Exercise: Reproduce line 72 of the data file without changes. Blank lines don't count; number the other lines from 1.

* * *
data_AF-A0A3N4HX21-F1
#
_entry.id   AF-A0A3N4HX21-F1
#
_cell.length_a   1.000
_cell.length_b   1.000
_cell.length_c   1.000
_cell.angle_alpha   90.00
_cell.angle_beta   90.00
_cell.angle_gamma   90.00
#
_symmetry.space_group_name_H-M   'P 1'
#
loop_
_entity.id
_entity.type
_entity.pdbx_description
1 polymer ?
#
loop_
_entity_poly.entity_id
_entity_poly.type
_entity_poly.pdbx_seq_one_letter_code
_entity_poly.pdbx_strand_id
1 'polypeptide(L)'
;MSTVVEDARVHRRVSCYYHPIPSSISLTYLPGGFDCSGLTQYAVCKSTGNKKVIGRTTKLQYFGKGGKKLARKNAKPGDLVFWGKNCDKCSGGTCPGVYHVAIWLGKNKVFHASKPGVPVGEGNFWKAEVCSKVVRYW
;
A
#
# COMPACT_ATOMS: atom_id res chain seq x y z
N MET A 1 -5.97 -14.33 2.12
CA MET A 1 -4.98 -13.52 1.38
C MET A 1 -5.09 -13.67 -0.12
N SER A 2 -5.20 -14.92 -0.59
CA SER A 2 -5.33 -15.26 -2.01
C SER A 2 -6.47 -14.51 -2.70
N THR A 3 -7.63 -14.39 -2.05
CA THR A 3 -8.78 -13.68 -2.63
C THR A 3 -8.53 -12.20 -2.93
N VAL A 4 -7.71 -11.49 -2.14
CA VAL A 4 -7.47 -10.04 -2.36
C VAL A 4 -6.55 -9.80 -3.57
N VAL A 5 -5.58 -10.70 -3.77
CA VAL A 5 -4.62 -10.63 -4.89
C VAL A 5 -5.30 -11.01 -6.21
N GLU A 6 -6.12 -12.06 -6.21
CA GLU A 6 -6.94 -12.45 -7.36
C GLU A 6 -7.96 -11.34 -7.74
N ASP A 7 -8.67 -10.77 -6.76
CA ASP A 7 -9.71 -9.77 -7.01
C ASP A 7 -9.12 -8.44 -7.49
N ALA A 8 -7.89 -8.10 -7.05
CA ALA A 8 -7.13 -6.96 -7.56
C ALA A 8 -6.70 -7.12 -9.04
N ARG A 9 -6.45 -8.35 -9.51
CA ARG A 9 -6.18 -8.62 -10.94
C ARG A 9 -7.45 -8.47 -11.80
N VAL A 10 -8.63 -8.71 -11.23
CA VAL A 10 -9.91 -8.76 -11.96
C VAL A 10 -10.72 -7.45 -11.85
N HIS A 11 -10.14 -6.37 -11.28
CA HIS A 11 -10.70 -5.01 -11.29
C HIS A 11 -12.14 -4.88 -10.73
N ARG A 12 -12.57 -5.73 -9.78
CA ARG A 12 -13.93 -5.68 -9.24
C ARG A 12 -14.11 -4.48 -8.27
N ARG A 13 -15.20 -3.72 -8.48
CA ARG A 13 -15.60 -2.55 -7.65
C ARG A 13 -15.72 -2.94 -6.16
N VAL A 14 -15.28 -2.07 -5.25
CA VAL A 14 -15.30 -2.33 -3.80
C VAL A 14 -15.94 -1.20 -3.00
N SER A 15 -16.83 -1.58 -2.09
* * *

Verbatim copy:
C VAL A 14 -15.94 -1.20 -3.00